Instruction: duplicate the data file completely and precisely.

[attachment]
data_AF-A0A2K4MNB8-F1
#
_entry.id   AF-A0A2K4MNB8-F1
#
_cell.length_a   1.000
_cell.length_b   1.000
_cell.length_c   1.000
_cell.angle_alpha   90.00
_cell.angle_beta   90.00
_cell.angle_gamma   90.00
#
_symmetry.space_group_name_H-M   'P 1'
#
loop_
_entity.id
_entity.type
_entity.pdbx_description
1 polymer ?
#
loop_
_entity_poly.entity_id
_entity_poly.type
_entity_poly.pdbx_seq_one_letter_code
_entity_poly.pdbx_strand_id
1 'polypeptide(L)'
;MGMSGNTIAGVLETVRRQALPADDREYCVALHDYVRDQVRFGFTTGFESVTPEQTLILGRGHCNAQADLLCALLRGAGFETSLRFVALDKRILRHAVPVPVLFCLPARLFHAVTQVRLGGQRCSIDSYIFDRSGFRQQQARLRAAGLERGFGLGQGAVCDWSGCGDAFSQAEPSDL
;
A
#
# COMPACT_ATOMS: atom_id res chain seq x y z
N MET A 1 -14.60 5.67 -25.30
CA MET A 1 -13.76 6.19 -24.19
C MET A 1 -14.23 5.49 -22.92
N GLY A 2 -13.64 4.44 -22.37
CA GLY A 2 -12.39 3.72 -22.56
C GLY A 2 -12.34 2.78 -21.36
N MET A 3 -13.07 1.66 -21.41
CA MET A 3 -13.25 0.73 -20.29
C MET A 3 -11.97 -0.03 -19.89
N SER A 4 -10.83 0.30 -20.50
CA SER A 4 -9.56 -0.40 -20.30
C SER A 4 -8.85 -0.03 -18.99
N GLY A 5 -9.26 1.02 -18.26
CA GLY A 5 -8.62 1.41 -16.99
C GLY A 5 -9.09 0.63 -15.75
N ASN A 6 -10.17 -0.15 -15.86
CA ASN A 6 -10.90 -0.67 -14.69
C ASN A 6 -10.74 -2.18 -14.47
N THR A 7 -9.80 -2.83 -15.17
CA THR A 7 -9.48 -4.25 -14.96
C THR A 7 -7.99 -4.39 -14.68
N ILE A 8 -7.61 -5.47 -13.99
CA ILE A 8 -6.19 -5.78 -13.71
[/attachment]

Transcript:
data_AF-A0A2K4MNB8-F1
#
_entry.id   AF-A0A2K4MNB8-F1
#
_cell.length_a   1.000
_cell.length_b   1.000
_cell.length_c   1.000
_cell.angle_alpha   90.00
_cell.angle_beta   90.00
_cell.angle_gamma   90.00
#
_symmetry.space_group_name_H-M   'P 1'
#
loop_
_entity.id
_entity.type
_entity.pdbx_description
1 polymer ?
#
loop_
_entity_poly.entity_id
_entity_poly.type
_entity_poly.pdbx_seq_one_letter_code
_entity_poly.pdbx_strand_id
1 'polypeptide(L)'
;MGMSGNTIAGVLETVRRQALPADDREYCVALHDYVRDQVRFGFTTGFESVTPEQTLILGRGHCNAQADLLCALLRGAGFETSLRFVALDKRILRHAVPVPVLFCLPARLFHAVTQVRLGGQRCSIDSYIFDRSGFRQQQARLRAAGLERGFGLGQGAVCDWSGCGDAFSQAEPSDL
;
A
#
# COMPACT_ATOMS: atom_id res chain seq x y z
N MET A 1 -14.60 5.67 -25.30
CA MET A 1 -13.76 6.19 -24.19
C MET A 1 -14.23 5.49 -22.92
N GLY A 2 -13.64 4.44 -22.37
CA GLY A 2 -12.39 3.72 -22.56
C GLY A 2 -12.34 2.78 -21.36
N MET A 3 -13.07 1.66 -21.41
CA MET A 3 -13.25 0.73 -20.29
C MET A 3 -11.97 -0.03 -19.89
N SER A 4 -10.83 0.30 -20.50
CA SER A 4 -9.56 -0.40 -20.30
C SER A 4 -8.85 -0.03 -18.99
N GLY A 5 -9.26 1.02 -18.26
CA GLY A 5 -8.62 1.41 -16.99
C GLY A 5 -9.09 0.63 -15.75
N ASN A 6 -10.17 -0.15 -15.86
CA ASN A 6 -10.90 -0.67 -14.69
C ASN A 6 -10.74 -2.18 -14.47
N THR A 7 -9.80 -2.83 -15.17
CA THR A 7 -9.48 -4.25 -14.96
C THR A 7 -7.99 -4.39 -14.68
N ILE A 8 -7.61 -5.47 -13.99
CA ILE A 8 -6.19 -5.78 -13.71